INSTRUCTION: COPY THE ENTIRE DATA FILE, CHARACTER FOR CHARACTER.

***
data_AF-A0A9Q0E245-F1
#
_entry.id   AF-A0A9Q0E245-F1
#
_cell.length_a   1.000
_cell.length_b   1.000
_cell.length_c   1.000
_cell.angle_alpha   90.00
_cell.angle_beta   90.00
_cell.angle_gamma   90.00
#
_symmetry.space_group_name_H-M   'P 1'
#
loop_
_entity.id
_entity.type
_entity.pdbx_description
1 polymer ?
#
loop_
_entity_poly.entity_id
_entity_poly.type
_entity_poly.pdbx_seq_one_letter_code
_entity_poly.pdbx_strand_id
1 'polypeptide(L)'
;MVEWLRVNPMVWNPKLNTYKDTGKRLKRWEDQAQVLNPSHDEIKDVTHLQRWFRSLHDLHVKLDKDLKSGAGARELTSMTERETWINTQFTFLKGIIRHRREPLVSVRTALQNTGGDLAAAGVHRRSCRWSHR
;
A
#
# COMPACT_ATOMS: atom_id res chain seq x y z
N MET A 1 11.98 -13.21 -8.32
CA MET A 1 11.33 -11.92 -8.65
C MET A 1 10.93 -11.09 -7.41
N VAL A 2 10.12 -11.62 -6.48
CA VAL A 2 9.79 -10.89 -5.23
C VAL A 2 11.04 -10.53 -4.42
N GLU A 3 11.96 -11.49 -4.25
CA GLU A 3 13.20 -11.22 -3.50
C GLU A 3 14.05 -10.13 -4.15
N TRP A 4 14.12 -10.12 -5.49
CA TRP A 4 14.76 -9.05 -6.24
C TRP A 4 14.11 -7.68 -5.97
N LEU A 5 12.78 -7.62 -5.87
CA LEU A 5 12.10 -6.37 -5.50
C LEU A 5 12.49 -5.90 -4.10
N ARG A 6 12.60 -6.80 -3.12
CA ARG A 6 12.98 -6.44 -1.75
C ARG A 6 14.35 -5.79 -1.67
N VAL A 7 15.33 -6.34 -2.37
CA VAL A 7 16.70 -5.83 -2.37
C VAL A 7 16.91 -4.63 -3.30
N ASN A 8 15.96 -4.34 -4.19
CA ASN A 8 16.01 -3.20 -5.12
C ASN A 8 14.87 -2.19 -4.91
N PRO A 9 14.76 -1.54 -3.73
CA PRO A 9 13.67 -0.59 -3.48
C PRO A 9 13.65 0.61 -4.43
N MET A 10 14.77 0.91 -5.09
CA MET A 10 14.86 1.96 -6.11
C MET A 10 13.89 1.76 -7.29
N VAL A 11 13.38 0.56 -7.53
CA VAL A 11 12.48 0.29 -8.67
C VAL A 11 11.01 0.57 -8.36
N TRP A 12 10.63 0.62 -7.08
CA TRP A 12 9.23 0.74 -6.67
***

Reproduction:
data_AF-A0A9Q0E245-F1
#
_entry.id   AF-A0A9Q0E245-F1
#
_cell.length_a   1.000
_cell.length_b   1.000
_cell.length_c   1.000
_cell.angle_alpha   90.00
_cell.angle_beta   90.00
_cell.angle_gamma   90.00
#
_symmetry.space_group_name_H-M   'P 1'
#
loop_
_entity.id
_entity.type
_entity.pdbx_description
1 polymer ?
#
loop_
_entity_poly.entity_id
_entity_poly.type
_entity_poly.pdbx_seq_one_letter_code
_entity_poly.pdbx_strand_id
1 'polypeptide(L)'
;MVEWLRVNPMVWNPKLNTYKDTGKRLKRWEDQAQVLNPSHDEIKDVTHLQRWFRSLHDLHVKLDKDLKSGAGARELTSMTERETWINTQFTFLKGIIRHRREPLVSVRTALQNTGGDLAAAGVHRRSCRWSHR
;
A
#
# COMPACT_ATOMS: atom_id res chain seq x y z
N MET A 1 11.98 -13.21 -8.32
CA MET A 1 11.33 -11.92 -8.65
C MET A 1 10.93 -11.09 -7.41
N VAL A 2 10.12 -11.62 -6.48
CA VAL A 2 9.79 -10.89 -5.23
C VAL A 2 11.04 -10.53 -4.42
N GLU A 3 11.96 -11.49 -4.25
CA GLU A 3 13.20 -11.22 -3.50
C GLU A 3 14.05 -10.13 -4.15
N TRP A 4 14.12 -10.12 -5.49
CA TRP A 4 14.76 -9.05 -6.24
C TRP A 4 14.11 -7.68 -5.97
N LEU A 5 12.78 -7.62 -5.87
CA LEU A 5 12.10 -6.37 -5.50
C LEU A 5 12.49 -5.90 -4.10
N ARG A 6 12.60 -6.80 -3.12
CA ARG A 6 12.98 -6.44 -1.75
C ARG A 6 14.35 -5.79 -1.67
N VAL A 7 15.33 -6.34 -2.37
CA VAL A 7 16.70 -5.83 -2.37
C VAL A 7 16.91 -4.63 -3.30
N ASN A 8 15.96 -4.34 -4.19
CA ASN A 8 16.01 -3.20 -5.12
C ASN A 8 14.87 -2.19 -4.91
N PRO A 9 14.76 -1.54 -3.73
CA PRO A 9 13.67 -0.59 -3.48
C PRO A 9 13.65 0.61 -4.43
N MET A 10 14.77 0.91 -5.09
CA MET A 10 14.86 1.96 -6.11
C MET A 10 13.89 1.76 -7.29
N VAL A 11 13.38 0.56 -7.53
CA VAL A 11 12.48 0.29 -8.67
C VAL A 11 11.01 0.57 -8.36
N TRP A 12 10.63 0.62 -7.08
CA TRP A 12 9.23 0.74 -6.67